A Day in a Life With Disability
Genio Trust8 November 2011 - Original Source
Don Bailey, who navigates life in a wheelchair, spent most of his early life living in institutional care. When he left St. Joseph’s Hospital in Coole, Ireland at age twenty and moved to Dublin to work, he found the challenges of living on his own too difficult to manage. He quit his job and moved back home with family. But three years later, he tried it again. This time, he developed a support network of colleagues and community members who offered him help when he needed it. Through the network he joined other people with disabilities, and Don learned about personal assistant services that provide day-to-day customised support. This opened a world of opportunities.
“The older you get, and more disabled, the less energy you have to spend on the important but mundane things, and the less energy you have for living,” Don says. “ After a very short period it dawned on me how much more of life was available.” Don now serves in a managerial position at the Department of Agriculture, Fisheries and Food and is an active member of the disability community in Dublin. He is also an advocate for others on disability-related issues. “I do get involved in disability issues, again because it allowed me a socialisation outlet, but now I do it because I enjoy it,” he said. “I think once we bring society with us we become part of society, not a subset of society, which is outside society. If we don’t achieve that then society is going to fail.”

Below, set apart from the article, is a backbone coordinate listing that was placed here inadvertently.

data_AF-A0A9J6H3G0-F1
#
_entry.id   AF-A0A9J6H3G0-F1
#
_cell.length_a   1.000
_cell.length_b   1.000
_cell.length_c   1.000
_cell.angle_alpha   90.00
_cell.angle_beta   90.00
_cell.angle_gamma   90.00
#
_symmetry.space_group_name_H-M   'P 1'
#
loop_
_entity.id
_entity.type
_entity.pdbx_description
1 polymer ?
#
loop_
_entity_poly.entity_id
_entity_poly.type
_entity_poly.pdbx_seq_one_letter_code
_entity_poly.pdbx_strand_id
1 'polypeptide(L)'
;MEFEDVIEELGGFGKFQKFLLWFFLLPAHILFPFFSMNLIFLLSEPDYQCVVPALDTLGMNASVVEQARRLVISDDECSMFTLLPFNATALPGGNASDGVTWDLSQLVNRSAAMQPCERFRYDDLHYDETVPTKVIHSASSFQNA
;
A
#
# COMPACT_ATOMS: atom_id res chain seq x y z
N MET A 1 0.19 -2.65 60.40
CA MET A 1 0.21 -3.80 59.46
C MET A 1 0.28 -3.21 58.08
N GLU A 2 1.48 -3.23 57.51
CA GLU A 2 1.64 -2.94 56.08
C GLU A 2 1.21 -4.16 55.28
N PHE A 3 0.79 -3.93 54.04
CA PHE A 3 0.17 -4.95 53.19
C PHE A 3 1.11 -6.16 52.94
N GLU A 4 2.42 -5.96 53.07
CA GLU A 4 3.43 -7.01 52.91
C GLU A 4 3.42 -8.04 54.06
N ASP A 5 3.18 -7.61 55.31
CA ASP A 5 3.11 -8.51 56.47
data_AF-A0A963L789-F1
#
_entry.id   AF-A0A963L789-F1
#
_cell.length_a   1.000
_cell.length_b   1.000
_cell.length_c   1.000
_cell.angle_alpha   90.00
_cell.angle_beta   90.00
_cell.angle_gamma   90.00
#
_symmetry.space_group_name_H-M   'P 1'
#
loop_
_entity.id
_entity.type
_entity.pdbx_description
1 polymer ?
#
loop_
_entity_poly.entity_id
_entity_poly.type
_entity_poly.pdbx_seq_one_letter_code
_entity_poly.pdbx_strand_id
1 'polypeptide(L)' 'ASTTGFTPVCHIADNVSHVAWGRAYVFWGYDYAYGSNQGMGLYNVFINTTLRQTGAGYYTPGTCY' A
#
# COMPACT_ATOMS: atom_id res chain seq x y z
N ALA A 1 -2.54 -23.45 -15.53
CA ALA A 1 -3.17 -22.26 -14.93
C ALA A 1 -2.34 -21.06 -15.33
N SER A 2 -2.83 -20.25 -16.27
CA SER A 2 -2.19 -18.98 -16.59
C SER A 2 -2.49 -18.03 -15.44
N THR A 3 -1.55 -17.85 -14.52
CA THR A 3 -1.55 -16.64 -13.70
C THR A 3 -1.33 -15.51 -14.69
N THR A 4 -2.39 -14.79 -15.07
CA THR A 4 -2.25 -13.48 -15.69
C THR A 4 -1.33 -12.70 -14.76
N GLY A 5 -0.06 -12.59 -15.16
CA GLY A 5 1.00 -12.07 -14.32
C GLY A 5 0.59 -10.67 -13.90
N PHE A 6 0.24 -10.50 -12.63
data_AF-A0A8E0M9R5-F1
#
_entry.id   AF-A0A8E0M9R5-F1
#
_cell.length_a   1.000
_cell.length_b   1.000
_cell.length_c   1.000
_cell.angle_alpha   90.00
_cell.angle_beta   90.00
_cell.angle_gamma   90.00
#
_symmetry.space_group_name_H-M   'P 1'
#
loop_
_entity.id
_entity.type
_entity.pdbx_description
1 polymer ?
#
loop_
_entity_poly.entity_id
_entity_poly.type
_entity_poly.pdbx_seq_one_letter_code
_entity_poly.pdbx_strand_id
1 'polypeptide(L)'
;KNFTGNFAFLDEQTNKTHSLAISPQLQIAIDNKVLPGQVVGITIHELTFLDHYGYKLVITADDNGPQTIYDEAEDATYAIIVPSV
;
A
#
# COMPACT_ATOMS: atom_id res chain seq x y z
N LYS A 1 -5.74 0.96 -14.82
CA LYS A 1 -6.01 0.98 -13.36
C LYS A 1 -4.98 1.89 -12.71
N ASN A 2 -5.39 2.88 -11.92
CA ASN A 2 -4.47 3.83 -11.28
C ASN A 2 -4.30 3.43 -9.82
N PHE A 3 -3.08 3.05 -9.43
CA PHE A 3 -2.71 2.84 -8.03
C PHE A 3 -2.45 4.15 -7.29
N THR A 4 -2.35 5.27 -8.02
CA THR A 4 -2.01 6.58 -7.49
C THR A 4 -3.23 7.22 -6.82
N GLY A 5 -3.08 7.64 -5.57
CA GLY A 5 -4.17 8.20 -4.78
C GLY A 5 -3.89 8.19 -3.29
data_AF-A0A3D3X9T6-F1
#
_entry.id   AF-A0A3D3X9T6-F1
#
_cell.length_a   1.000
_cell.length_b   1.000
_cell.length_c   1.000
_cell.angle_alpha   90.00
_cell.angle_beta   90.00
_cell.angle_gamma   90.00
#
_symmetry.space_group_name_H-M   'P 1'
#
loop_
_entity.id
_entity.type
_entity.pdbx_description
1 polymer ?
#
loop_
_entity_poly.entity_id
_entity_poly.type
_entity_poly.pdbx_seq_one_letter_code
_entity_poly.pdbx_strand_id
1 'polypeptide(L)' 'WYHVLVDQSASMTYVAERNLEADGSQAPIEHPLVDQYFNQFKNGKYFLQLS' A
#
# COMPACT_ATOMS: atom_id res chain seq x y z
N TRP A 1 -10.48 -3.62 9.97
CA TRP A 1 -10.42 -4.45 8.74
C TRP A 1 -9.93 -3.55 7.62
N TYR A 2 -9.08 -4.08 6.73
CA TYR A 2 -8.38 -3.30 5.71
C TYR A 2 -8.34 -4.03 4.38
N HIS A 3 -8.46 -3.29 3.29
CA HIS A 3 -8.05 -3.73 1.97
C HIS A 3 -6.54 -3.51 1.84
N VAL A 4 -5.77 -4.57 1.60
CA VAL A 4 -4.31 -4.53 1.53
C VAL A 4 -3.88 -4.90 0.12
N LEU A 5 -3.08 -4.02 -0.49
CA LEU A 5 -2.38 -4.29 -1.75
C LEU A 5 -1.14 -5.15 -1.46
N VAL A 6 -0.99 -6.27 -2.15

Don’s story was told to us by Genio, an Atlantic grantee that works to transform the way in which services for people with disabilities are designed and delivered. By focussing on the person and his or her needs, Genio helps to ensure that people with disabilities are treated with dignity and respect and have the support necessary to live full lives in their communities. In this way, Genio aims to ensure that Don’s story becomes the norm rather than the exception.
Though people with disabilities are the largest minority in the world – in 2011 the World Health Organization and World Bank estimated that there are nearly one billion globally – many of them are invisible and without voice, too often defined by their limitations rather than their capabilities. These societal attitudes and a dominant medical approach in many parts of the world leave many people with disabilities lacking access to the supports and services required to lead lives with dignity and respect.
Genio Trust is an Atlantic grantee through the Reconciliation and Human Rights Programme in the Republic of Ireland where access to rights and services for people with disabilities is a key area of strategic focus.